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How to Succeed in Large Lectures

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UMass lecture hall with a class in session. Text: "How to succeed in large lectures."

Going into freshman year, I knew that the introductory lectures were going to be big, but actually attending them was an entirely different story. Coming from a rather small high school, the 400 to 500 students paying attention to one professor was a bit overwhelming. There is definitely a learning curve on how to get the most out of these lectures, and here are some tips that will help you do exactly that.

Seating location:

One of the biggest mistakes I made while attending large lectures was sitting in the very back of every class. Although there is an appeal to sitting in the back, sitting in the front — or even the middle — will drastically increase your academic success. It may sound like common sense, but a lot of students avoid sitting closer. By being near the professor, you can hear him/her better, see the projector clearer, and see whatever notes are written on the blackboard. This will also make the class seem a little bit smaller because instead of seeing all 400-500 students in front of you like you would if you sat in the back, you now only see a few students in front of you.

Asking questions:

In a classroom full of 400 students, it can be quite intimidating to raise your hand and ask a question. “What if my question is stupid?” “What if the professor asks me follow up questions?” Those were two questions that I constantly asked and unnecessarily worried about when I had a mental battle on whether to raise my hand or not. In reality, out of the hundreds of students that are in attendance, chances are you will have a question that someone else has too. Instead of worrying about speaking publicly, you are really helping other students in need!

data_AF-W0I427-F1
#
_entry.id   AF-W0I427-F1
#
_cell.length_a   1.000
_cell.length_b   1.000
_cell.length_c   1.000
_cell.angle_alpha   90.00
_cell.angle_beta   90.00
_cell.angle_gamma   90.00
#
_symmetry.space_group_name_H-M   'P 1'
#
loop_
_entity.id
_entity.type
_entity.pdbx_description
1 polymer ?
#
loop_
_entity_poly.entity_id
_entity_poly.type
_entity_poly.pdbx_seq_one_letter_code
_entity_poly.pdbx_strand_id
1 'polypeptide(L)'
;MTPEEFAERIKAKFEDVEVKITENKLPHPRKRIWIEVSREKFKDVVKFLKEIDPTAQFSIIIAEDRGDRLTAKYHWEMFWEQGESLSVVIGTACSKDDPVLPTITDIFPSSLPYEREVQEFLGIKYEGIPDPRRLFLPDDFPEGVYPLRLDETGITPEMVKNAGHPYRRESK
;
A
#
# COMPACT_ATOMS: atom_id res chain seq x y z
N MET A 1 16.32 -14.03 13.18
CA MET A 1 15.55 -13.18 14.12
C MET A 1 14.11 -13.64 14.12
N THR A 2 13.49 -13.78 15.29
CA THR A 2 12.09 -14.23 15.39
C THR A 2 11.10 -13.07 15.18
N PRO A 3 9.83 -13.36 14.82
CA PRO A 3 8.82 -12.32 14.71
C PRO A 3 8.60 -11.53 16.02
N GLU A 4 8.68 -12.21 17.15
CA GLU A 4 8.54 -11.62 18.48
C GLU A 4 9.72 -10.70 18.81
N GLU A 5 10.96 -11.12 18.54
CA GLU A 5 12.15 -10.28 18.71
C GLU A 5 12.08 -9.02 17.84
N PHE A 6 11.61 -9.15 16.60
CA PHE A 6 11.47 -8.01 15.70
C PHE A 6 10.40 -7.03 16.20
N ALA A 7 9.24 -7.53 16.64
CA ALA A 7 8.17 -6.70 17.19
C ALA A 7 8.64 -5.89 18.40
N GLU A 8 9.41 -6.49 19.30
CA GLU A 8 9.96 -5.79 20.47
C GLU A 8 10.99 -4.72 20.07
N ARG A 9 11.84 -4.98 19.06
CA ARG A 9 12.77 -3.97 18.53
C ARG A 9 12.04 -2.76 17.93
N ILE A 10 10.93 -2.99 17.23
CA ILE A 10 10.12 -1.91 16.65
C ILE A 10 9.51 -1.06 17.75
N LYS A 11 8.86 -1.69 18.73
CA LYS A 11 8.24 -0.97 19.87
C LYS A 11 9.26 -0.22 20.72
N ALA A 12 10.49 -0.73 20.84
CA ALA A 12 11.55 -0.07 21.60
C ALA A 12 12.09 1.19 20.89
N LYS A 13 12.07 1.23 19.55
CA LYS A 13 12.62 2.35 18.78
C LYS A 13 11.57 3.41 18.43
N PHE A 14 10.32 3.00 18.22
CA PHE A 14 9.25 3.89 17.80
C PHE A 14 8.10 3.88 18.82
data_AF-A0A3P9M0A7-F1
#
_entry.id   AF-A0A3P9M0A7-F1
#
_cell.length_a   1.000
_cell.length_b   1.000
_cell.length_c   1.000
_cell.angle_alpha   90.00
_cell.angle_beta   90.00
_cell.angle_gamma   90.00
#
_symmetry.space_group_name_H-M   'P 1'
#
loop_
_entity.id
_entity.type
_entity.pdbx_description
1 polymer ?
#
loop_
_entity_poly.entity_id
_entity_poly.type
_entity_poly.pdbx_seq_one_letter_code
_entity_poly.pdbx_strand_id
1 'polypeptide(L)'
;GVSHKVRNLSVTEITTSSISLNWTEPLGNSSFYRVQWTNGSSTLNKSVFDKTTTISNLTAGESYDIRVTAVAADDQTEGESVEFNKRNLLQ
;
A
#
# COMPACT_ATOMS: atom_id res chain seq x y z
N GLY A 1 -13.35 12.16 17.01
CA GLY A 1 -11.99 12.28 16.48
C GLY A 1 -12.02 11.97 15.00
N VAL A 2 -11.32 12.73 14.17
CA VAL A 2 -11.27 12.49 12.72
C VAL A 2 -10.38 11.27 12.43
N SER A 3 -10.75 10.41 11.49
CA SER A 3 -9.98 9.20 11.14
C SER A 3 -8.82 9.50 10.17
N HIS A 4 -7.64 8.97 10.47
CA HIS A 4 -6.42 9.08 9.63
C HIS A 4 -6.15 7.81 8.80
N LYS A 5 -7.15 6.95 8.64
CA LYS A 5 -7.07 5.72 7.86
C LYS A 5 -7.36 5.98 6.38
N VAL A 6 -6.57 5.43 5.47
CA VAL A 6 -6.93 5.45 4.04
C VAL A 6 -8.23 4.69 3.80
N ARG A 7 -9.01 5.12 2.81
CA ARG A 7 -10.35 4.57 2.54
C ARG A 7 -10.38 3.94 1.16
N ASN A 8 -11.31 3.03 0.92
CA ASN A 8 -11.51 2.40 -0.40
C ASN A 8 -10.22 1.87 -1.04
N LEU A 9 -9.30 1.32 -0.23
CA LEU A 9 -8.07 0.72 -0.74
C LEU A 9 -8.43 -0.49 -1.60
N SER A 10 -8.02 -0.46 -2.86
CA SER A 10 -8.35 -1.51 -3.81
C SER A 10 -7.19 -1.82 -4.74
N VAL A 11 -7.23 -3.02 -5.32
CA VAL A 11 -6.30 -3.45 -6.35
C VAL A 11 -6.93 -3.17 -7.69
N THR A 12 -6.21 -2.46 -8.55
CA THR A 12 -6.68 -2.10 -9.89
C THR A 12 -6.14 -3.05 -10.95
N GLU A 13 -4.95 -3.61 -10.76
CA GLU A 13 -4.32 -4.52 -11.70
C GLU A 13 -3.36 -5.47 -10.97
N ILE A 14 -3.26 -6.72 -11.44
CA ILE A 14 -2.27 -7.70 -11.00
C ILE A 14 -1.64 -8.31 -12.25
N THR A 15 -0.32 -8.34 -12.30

Taking notes:

Being a good note taker may be one of the most difficult things to do while in a big lecture. I personally prefer to take notes on paper because using my laptop is a massive distraction. Whatever you use to take notes is your decision, but the contents of your notes are really important. For nearly every class I've taken, the instructor has put the PowerPoint online. Instead of copying down what is on the screen, it’s really important to listen and thoroughly understand what he/she is saying. I have made this mistake many times but it’s an easy skill to develop. Some professors even record and post their lectures online so students can watch them later.

Come early:

Arriving early for your class may be the most important thing for multiple reasons. When you show up five to ten minutes early, you are able to organize and put yourself into the “learning mindset.” One of the worst things about showing up late is arriving to a full lecture hall with no spare seats.

Overall, learning in UMass’s large student population is a bit unnerving, but with time and experience, every student gets the hang of it!

Topic: 

Academics
Transitioning to College

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